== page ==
First annual Veteran’s Memorial ceremony commemorates 100th anniversary of WWI armistice

Katherine Kromer, Staff Writer

Individuals around the globe gathered this weekend to commemorate the 100th anniversary of the World War I armistice. On Nov. 11, members of the University community gathered in the memorial garden behind Rooke Chapel to pay tribute to the University members who served in World War I, in addition to the University veterans who have served in wars since.

Associate Professor of History David Del Testa started off the ceremony with opening remarks. Del Testa spearheads the “Bucknellians in World War I” research project, which over the past two years, has sought to uncover stories of the 718 University members who served in World War I, including the 40 who died at war. Members of the project have gone on two research trips to Europe, with the most recent trip having been over this past fall break.

Julia Carita ’20, a student researcher for the project, reflected on the significance of the most recent research trip. “This October, we were able to make our second memorial trip to France, and we were able to visit the graves of the Bucknellians who are still interred in military cemeteries abroad. It was incredibly powerful to visit them, to remember them, and to thank them for making that sacrifice,” Carita said.

Immediately following Del Testa’s opening remarks, members of Bison Battalion Army ROTC presented the colors.

President John Bravman also spoke about the importance of studying history and affirmed Del Testa’s call to remember and never forget all the veterans.

At exactly 11 a.m., bells began to ring in Rooke Chapel and across town to mark the exact timing of the Armistice on Nov. 11, 100 years ago. This Sunday, the bells also signified the start of the two minutes of silent reflection of all who served, and specifically the University members who lost their lives in World War I. Members of the community took this time to silently pay respects and remember veterans.

Chaplain Mouhamadou B. Diagne broke the moment of silence by offering a benediction. After giving the benediction, Diagne proceeded to read the names of the University members who are known to have lost their lives in or directly because of the War, and he also listed their majors of study and ranks they held in the military. This information was all gathered through research conducted by the “Bucknellians in World War I” team.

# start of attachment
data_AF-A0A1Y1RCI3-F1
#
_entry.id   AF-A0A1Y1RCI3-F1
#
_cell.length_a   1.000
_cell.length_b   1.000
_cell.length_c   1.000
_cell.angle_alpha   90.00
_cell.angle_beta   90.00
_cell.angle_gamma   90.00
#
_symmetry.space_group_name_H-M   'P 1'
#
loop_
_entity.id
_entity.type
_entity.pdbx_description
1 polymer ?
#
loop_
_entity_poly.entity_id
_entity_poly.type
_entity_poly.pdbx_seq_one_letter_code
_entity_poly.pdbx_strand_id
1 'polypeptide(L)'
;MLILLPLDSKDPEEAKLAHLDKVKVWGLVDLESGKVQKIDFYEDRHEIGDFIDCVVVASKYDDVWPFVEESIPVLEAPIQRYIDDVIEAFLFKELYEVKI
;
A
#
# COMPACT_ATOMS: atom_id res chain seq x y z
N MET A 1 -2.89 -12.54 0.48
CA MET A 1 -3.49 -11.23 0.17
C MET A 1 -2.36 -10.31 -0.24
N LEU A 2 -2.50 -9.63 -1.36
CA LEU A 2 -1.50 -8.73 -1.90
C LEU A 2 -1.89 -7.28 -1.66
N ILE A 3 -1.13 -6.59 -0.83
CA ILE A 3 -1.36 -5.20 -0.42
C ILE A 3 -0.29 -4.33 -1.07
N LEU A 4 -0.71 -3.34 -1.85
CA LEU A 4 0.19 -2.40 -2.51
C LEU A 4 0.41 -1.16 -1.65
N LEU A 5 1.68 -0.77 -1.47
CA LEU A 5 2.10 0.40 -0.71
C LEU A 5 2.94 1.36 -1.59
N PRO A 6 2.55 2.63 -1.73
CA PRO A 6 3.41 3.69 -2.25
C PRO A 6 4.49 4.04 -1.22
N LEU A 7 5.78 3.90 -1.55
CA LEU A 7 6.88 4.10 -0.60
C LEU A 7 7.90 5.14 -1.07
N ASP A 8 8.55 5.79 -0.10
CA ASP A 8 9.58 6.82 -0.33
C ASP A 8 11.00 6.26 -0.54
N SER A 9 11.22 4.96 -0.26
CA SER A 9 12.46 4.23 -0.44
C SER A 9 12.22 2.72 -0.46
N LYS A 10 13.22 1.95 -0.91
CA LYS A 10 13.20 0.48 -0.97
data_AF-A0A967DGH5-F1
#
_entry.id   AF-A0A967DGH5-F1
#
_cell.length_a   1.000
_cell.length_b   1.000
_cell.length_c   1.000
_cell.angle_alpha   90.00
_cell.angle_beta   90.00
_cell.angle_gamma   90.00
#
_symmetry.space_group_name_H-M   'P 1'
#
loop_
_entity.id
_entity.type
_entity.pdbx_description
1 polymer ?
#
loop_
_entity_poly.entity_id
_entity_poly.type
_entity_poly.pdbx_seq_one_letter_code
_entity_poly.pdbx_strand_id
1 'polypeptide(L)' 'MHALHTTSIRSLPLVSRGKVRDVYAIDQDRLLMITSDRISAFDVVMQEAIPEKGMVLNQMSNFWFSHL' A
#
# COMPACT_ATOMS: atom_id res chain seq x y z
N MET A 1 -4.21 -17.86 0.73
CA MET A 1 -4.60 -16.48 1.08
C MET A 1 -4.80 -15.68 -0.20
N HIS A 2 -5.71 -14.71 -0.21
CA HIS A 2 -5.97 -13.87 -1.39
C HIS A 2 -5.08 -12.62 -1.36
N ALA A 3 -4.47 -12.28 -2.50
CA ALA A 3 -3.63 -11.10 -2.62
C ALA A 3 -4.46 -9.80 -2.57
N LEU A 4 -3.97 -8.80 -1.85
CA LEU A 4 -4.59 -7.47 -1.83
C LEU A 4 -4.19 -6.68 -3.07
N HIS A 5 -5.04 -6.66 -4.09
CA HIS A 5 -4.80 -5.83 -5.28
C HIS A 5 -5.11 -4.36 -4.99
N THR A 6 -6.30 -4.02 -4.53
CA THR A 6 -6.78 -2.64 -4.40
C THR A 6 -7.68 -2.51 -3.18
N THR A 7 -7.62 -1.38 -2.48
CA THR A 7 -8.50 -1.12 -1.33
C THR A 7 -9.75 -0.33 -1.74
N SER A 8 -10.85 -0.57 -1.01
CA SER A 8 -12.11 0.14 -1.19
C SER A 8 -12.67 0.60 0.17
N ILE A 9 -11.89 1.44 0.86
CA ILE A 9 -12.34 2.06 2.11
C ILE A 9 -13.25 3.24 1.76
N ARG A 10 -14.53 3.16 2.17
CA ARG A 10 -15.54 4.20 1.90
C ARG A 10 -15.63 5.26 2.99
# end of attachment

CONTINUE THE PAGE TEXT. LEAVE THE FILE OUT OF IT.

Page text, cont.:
Julia Stevens ’20, one of the student researchers for the project, is currently studying abroad and was not able to attend Sunday’s ceremony. However, she still took the time Sunday to reflect on the sacrifices made by these University veterans. “I wasn’t able to attend the Armistice Day ceremony, which was disappointing because it was such an important day for the ‘Bucknellians in World War I’ project and the people we’re commemorating, but the remembrance doesn’t stop there. We owe it to Bucknell’s veterans to continue to do everything we can to uncover their stories and honor their service,” Stevens said.

“I’ve been working on the project for three years now, and every year I’m reminded of how important it is to remember and to honor these veterans,” Carita said. “When I read journals or letters written by these Bucknellians from the front or I see photos of these soldiers in their uniforms, I’m reminded that the names in our database were students just like me, who walked around campus where I walk, and took classes, joined clubs, and made friends at Bucknell.”

Carita also reflected on the sacrifice University students made to serve their nation. “They gave all that up to serve in the war in some way. I have so much respect for the bravery they must have needed to leave Bucknell and serve in a war, because I can’t imagine making that decision right now,” she said.

Going forward, this year’s ceremony will become an annual University tradition to remember veterans each year with a ceremony on Veterans Day.

“The armistice is a reminder that without these brave men and women, who came from the same place as us and who gave their Bucknell experiences up, we may not have the freedom to enjoy our time at Bucknell,” Carita said.

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